Located in the academic playground between research institutions like Harvard and MIT, it’s no surprise that Cafe ArtScience uses science to fundamentally shape its culinary philosophy and menu. In fact, the restaurant and its Culture Lab frequently host free public seminars on the future of food, a topic that has generated a lot of conversation and research in recent years. Cafe ArtScience founder David Edwards says our sense of olfaction (the sense of smell), is especially critical to the restaurant’s approach toward food. For a little more context on how this all works, the molecules in our nose that grab onto scent molecules and signal a flavor or a scent to our brains are olfactory receptors. “Those receptors aren’t just in your nose: they’re in your heart and in your gut, too.” Edwards says that in a way, our whole bodies are sort of constantly engaged in sniffing out our surroundings—it makes sense that so much of Cafe ArtScience’s technology works to enhance this natural inclination.
At the restaurant, Edwards’ team plays around with scent and flavor by exposing guests to new sensory experiences. There’s something delightful about crafting and serving up a consistently perfect pasta dish or an unforgettable risotto, but there’s an additional layer to leaving guests with the sense, memory, and experience of foods that they haven’t actually ingested (or, in 2018, let’s be real: Instagrammed). At Cafe ArtScience, one of the most obvious and creative examples of this approach to dining can happen if a robot casually wafts a “cloud” of flavor above the cocktail you’re enjoying at the bar, or above the table you’re sharing with friends. You can then experience that cloud in your mouth or sip it with a special kind of straw to get the pure flavor of foods you’ve enjoyed countless times before: a taco, cinnamon rolls, or even cotton candy. That’s part of the magic of Cafe ArtScience: presenting guests with familiar flavors in some truly unfamiliar formats. “It’s hard to imagine having a taco and not actually holding it in your hand, so we’re really giving guests that sensory experience of very material things,” Edward explains. But because so many of those material experiences are so familiar and our sense of olfaction is so strong people immediately know that they’re being exposed to a cotton candy experience or a taco experience.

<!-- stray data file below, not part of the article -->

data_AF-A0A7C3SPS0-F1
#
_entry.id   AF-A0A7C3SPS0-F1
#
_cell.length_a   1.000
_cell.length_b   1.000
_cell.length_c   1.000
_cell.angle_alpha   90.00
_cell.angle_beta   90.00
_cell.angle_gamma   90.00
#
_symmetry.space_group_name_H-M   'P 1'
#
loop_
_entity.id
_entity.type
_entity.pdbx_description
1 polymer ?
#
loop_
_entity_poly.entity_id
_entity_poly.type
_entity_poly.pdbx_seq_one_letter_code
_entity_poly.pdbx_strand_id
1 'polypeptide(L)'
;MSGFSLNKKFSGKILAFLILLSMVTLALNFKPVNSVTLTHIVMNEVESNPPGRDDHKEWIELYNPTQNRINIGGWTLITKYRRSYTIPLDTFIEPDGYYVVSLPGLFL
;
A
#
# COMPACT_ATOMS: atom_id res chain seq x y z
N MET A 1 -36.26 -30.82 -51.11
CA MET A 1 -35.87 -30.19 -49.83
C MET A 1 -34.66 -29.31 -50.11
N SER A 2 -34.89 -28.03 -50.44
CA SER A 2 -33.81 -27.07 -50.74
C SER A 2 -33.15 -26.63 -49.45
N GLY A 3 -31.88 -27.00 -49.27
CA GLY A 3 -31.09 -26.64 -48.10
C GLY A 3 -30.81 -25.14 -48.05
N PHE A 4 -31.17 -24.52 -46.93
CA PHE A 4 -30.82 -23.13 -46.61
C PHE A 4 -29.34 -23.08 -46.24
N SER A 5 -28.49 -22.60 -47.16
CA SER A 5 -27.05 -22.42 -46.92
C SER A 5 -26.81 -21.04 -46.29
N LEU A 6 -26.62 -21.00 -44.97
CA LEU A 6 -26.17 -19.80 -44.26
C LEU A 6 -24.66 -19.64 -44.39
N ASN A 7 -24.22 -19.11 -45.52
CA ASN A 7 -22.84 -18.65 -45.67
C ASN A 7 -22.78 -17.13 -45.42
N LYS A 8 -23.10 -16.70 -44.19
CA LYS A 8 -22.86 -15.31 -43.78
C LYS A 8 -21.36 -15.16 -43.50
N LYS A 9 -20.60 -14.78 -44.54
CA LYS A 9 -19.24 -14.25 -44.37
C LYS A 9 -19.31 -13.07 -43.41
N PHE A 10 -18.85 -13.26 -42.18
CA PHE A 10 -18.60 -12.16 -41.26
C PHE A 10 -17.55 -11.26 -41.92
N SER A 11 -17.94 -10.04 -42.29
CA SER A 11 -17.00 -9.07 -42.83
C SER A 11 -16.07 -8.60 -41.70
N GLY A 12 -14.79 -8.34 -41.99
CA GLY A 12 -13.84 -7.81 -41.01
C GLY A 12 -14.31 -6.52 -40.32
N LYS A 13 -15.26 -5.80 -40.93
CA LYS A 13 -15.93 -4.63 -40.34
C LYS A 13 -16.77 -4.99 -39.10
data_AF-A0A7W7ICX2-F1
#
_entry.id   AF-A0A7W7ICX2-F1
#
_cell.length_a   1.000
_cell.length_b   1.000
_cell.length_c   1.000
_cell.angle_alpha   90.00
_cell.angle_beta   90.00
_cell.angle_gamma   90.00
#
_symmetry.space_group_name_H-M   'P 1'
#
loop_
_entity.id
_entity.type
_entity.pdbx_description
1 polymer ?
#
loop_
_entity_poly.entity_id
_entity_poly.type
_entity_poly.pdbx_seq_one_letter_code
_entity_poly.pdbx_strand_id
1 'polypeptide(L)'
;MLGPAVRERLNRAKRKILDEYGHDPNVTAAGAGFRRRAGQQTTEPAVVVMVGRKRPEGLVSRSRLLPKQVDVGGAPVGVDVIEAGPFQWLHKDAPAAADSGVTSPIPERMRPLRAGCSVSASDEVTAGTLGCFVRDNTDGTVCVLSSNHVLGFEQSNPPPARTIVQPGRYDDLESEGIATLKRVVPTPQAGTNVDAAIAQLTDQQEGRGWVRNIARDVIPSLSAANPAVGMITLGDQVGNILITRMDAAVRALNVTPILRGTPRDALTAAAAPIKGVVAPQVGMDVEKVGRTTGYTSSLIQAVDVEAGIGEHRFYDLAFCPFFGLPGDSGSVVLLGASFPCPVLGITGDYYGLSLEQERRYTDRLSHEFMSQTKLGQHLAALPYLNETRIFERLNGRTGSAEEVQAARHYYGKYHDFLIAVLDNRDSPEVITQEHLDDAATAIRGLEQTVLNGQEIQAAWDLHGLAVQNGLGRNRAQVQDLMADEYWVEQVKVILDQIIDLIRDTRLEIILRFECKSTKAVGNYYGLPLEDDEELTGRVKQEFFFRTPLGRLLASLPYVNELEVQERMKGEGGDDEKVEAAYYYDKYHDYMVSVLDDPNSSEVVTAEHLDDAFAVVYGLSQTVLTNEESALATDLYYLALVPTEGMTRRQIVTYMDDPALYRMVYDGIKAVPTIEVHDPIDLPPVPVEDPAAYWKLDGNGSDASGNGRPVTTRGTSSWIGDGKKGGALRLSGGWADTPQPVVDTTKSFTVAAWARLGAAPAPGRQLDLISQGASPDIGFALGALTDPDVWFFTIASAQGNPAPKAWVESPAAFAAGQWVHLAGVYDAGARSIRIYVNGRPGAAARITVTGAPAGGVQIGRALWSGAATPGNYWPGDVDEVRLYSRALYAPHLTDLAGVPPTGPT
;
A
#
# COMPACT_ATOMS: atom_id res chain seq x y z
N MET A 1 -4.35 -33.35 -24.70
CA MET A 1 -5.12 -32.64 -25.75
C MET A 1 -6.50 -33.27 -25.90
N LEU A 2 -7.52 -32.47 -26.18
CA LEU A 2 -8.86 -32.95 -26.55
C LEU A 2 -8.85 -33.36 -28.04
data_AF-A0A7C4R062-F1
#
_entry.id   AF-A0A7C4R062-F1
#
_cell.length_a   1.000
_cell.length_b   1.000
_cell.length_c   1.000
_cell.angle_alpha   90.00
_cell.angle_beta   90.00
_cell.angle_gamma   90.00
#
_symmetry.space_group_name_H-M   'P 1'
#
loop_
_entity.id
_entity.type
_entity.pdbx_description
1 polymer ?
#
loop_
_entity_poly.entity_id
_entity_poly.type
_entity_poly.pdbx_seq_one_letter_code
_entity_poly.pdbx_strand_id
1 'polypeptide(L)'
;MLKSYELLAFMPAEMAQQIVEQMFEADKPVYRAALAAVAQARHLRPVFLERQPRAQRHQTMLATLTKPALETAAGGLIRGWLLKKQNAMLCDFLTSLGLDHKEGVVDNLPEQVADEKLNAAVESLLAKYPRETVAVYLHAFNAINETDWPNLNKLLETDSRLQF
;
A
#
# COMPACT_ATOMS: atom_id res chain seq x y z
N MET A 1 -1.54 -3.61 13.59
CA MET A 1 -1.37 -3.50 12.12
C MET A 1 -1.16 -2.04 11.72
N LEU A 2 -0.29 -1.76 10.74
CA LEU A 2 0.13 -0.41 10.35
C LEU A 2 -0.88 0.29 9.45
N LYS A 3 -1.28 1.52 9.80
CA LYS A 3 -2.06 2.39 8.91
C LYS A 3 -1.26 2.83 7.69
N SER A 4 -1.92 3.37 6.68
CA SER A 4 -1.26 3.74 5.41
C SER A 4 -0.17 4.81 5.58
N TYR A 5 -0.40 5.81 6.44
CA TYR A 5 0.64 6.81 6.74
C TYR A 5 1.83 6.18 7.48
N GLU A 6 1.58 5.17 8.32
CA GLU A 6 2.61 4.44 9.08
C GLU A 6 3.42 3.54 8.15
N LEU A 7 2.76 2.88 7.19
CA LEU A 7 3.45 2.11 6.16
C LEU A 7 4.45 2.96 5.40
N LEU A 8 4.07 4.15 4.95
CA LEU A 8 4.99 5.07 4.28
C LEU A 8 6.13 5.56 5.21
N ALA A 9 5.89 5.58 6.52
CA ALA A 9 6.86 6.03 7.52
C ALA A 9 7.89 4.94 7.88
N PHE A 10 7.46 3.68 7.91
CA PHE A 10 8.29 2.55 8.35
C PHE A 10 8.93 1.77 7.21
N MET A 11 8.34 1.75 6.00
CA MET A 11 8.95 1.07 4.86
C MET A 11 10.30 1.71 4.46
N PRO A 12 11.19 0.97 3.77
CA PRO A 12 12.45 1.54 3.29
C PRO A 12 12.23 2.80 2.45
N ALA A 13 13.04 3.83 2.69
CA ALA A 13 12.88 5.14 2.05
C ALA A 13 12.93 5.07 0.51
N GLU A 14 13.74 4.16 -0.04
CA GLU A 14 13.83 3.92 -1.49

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A lot of the magic happens at the bar, where bar director and partner Tenzin Samdo has created and is constantly innovating around a number of drinks that use special sensory experiences. Samdo achieves a sensory experiment by distilling the pure flavor of something (again, something familiar and relatively uncomplicated like a taco or cotton candy) into droplets that essentially float in the air—it sounds simple enough, but it’s one of those things that will have you thinking about the “how” for a long time once you’ve experienced the bar. Edwards says that this kind of pure, ephemeral experience has especially been integrated into the beverage menu, which he calls the primary spot for experimentation in the restaurant. One of the biggest hits? A traditional Old Fashioned that has a Negroni “floating over it,” essentially fusing together two very classic cocktails to create something completely new and undiscovered for guests.
The air garnish, Edwards says, is something the restaurant will be doing more and more over the next few months. Guests will also be able to use tumblers to hold drinks like tomato juice or a cocktail that can be placed on a coaster to create a special cloud of flavor above—in the course of drinking, a new infusion of flavor emerges. “It’s this truly magical sensory experience,” Edward says.
Header image by Chowhound.